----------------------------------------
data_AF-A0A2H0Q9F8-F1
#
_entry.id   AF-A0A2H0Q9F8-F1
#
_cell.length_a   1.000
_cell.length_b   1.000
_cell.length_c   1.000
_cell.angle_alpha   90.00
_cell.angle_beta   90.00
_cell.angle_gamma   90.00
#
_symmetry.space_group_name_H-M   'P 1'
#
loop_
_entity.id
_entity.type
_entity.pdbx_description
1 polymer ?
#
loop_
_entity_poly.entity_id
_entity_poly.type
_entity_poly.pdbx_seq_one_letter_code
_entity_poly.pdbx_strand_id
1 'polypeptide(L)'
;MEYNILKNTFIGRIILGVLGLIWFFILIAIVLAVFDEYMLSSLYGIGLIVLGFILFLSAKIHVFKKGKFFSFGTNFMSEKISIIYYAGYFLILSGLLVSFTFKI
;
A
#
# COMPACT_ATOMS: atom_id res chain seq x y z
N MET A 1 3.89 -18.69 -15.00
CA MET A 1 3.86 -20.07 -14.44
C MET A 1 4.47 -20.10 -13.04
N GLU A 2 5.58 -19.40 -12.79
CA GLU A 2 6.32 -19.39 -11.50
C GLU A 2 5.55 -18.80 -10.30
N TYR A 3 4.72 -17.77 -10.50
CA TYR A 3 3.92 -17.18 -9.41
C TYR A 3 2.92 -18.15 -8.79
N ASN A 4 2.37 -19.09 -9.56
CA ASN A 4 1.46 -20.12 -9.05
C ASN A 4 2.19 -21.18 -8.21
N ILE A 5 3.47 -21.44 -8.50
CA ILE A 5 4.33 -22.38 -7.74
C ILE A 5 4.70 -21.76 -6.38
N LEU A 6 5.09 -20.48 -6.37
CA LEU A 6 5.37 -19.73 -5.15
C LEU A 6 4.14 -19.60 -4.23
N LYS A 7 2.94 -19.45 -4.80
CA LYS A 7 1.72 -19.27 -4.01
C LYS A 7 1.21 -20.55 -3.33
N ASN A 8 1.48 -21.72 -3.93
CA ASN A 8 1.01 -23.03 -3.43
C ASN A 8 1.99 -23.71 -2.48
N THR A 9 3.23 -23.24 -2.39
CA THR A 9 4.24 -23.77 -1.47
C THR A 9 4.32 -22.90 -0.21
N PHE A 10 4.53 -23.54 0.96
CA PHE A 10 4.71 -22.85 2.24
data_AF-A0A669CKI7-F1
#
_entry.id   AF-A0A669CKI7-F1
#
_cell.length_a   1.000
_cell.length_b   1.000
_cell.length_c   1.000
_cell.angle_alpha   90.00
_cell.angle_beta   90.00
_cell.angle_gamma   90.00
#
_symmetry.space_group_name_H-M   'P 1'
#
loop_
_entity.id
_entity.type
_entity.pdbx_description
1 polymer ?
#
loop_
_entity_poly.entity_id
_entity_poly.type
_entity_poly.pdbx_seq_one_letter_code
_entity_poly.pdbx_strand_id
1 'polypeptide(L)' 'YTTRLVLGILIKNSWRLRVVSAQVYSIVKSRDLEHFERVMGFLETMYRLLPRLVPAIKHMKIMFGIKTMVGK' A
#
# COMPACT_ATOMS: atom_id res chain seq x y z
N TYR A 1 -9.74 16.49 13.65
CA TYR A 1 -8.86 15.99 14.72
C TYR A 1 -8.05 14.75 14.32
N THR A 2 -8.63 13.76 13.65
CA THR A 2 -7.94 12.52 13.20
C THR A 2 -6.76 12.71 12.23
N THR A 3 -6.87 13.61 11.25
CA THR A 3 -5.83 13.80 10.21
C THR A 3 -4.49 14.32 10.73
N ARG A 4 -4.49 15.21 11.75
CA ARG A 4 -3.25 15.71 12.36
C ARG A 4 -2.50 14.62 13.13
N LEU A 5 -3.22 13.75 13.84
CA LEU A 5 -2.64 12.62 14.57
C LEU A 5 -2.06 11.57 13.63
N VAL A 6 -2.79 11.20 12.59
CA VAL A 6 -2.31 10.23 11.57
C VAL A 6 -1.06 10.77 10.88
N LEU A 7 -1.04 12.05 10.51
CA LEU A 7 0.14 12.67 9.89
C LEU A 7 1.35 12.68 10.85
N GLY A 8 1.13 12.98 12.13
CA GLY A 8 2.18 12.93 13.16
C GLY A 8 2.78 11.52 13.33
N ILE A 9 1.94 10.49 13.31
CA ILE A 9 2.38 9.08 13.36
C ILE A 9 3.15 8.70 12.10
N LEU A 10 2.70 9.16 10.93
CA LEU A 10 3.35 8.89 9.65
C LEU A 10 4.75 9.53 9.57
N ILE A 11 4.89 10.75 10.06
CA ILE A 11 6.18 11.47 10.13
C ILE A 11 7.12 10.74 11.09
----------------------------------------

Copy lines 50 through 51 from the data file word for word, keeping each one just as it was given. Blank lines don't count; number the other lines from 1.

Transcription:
CA LYS A 7 1.72 -19.27 -4.01
C LYS A 7 1.21 -20.55 -3.33